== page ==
Our annual Essential Ethics Workshop will be held on Wednesday, September 5 at the University Club in Washington, D.C. from 12:30 – 2 p.m.  We’ll be discussing new developments in political law, sharing experiences and best practices for responding to lobby audits, and discussing the potential changes to the Supreme Court’s campaign finance precedent in light of the upcoming appointment of a new Justice.   This event is free and open to all clients.  Contact Donna Flanagan for more information.

In case you missed it:

  • First Amendment Lawsuit Filed: Courthouse News Services reports that a coalition of press entities, including the Washington Post, has filed suit to block Maryland’s new online political ad disclosure law.  The plaintiffs contend that the law is unconstitutional for its regulation of newspapers, including the threat of criminal prosecution for non-compliance, and that its provisions are unconstitutionally vague and overbroad.  They also assert that the law is impossible to follow and conflicts with the Communications Decency Act of 1996.  As we reported earlier, Google announced that it could not comply with the law and therefore would no longer accept political ads in Maryland, but Facebook is on board with the law.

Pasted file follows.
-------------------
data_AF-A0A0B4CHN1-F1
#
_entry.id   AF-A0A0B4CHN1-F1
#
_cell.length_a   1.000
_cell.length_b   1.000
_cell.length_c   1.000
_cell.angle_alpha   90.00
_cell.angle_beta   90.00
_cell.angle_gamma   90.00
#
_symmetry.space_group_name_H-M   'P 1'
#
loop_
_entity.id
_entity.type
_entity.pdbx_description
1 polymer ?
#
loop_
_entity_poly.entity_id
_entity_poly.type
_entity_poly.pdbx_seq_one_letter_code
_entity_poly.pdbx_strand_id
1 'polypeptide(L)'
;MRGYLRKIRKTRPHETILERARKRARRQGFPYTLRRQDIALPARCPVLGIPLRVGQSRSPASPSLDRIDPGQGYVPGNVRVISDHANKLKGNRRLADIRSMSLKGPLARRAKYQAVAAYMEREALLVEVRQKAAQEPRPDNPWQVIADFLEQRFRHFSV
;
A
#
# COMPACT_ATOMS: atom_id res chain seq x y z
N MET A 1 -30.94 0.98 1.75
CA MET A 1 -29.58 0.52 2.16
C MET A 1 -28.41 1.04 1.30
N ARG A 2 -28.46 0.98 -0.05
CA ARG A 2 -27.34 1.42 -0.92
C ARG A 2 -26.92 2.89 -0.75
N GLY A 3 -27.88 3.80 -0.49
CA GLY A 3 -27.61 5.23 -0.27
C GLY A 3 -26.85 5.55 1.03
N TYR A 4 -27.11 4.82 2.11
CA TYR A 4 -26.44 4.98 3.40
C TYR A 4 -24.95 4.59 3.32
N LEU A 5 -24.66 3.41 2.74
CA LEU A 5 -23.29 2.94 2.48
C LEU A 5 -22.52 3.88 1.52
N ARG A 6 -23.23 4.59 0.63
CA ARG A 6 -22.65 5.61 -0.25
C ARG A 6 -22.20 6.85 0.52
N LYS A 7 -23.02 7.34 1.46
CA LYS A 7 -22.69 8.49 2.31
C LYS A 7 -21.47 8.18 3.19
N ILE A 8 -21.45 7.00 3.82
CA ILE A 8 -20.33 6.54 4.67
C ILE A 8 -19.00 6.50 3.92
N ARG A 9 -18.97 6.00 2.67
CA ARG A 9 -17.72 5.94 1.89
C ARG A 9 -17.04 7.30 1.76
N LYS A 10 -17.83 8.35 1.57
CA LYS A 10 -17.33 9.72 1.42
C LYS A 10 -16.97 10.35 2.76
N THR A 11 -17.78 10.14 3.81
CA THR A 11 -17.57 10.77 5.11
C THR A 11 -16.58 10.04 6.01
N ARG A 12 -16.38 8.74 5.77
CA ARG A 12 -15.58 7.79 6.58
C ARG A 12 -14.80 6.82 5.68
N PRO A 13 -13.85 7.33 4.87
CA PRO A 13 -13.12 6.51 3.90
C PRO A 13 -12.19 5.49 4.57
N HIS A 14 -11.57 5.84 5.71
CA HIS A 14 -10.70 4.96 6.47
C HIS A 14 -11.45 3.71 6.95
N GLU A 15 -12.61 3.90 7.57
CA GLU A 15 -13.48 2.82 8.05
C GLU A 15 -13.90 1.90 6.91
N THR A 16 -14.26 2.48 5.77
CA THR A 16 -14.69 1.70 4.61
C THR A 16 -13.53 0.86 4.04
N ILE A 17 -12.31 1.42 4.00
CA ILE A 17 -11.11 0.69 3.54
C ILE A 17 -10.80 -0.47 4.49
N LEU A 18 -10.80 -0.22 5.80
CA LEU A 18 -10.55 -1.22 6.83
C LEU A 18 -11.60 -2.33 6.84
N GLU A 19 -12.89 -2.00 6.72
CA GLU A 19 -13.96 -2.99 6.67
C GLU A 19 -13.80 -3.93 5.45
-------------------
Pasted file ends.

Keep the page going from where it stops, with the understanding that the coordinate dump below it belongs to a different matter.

• More Money, eh? The Richland Standard reports that Canada’s Lobby Czar is seeking a budget increase to modernize the office and respond to growing demands.  Her budget has not been increased in 10 years, despite an increase in the number of lobbyists.  The office is seeking money to fund a new website and updates to the lobby registry.
  • Looking for a Drain in the Swamp: Elizabeth Warren has proposedsweeping anti-corruption legislation according to Politico.  The Anti-Corruption and Integrity Act proposes a lifetime ban on lobbying by the President, members of Congress, and cabinet officials.  It would also impose a six-year revolving-door restriction on other federal officials and ban lobbying by foreign governments and companies.  The measure would ban lobbyist campaign contributions, contingency fees, and gifts to members of Congress.